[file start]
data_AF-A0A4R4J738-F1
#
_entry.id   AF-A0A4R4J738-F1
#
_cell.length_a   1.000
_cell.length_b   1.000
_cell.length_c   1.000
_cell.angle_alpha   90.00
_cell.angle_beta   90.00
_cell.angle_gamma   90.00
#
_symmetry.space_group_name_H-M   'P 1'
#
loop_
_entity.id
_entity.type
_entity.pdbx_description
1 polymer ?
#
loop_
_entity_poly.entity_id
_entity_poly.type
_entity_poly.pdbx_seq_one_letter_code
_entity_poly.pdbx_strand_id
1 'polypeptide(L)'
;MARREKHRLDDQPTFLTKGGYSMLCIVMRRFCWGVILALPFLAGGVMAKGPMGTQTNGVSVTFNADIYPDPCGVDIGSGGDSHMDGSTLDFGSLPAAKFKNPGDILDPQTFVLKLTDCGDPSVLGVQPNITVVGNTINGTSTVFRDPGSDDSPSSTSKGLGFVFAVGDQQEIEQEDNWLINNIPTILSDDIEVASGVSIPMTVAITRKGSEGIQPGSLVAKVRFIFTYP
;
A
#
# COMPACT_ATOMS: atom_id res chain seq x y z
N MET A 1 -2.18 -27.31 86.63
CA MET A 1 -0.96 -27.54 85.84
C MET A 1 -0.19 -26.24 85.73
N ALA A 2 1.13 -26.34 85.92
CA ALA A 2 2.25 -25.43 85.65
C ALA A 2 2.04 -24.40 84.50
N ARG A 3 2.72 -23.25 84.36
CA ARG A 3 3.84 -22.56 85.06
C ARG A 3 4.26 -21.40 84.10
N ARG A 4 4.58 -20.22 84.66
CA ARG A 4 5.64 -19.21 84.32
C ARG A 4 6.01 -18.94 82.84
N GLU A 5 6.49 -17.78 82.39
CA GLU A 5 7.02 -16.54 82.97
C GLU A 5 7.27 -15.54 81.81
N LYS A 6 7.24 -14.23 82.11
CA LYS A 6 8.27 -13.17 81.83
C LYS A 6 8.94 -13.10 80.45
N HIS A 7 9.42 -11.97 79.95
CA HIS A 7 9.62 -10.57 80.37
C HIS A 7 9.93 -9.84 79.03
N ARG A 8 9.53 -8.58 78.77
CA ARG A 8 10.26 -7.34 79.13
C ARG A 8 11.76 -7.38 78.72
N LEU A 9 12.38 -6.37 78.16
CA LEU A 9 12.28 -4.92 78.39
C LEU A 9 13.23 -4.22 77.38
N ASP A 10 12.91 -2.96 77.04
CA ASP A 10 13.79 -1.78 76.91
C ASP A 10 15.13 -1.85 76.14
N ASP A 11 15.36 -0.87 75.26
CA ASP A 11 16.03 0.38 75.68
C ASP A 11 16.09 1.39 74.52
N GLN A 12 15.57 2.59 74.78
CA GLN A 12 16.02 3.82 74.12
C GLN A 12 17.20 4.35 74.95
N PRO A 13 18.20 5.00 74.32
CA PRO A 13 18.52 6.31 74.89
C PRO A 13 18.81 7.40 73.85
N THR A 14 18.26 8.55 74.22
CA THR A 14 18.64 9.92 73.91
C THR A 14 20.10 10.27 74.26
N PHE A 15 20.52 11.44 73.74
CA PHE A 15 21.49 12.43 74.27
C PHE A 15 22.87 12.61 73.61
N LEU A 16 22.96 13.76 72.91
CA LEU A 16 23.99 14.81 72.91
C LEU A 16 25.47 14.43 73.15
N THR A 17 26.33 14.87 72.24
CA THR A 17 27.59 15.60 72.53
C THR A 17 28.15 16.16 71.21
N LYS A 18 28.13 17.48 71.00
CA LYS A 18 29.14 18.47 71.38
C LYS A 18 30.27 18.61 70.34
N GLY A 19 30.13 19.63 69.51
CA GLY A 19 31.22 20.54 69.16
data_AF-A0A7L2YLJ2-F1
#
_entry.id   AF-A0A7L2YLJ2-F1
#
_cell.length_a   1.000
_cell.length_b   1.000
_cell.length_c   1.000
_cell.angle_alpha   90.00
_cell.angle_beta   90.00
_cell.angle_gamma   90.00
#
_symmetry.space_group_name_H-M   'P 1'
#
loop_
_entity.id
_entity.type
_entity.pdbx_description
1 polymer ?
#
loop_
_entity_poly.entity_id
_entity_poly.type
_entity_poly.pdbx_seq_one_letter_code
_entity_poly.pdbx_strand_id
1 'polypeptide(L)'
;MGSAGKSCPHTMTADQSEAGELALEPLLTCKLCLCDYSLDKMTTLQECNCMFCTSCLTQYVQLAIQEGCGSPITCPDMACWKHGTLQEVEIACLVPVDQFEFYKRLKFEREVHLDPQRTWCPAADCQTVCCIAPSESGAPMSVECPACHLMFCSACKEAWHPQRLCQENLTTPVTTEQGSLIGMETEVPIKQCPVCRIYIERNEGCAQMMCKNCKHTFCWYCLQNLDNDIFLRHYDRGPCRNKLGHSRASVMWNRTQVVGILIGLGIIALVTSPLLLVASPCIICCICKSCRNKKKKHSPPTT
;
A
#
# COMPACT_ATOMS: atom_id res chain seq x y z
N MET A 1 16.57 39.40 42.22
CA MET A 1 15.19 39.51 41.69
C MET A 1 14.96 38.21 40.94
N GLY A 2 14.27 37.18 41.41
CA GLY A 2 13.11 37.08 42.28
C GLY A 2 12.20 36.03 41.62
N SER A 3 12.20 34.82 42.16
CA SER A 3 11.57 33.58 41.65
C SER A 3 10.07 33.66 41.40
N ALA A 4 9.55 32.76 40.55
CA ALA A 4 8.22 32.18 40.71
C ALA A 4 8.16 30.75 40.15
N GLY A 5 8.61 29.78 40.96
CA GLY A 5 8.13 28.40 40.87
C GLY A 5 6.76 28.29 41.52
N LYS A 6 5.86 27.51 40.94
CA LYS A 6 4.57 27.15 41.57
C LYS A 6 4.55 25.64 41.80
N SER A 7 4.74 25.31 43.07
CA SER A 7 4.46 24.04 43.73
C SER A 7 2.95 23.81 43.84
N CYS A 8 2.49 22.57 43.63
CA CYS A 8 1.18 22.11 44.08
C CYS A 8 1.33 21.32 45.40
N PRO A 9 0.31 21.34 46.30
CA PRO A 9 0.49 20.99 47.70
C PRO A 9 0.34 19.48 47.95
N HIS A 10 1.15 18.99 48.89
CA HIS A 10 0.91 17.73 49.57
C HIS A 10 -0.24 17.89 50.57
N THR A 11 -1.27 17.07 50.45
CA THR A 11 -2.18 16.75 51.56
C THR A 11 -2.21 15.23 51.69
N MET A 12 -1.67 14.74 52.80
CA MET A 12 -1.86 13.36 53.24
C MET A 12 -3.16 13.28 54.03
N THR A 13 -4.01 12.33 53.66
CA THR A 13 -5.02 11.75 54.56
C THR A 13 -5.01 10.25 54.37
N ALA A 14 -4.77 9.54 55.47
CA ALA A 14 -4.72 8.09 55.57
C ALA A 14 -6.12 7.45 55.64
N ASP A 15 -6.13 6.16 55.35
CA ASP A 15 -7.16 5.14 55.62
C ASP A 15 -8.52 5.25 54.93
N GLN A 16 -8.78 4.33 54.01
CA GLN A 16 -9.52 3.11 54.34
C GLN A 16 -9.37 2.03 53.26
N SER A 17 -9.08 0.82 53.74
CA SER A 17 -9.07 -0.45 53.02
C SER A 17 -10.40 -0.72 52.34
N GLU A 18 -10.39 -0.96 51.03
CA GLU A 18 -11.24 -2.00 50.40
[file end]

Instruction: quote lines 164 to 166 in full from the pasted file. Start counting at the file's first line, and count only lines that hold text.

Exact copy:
C GLN A 16 -9.37 2.03 53.26
N SER A 17 -9.08 0.82 53.74
CA SER A 17 -9.07 -0.45 53.02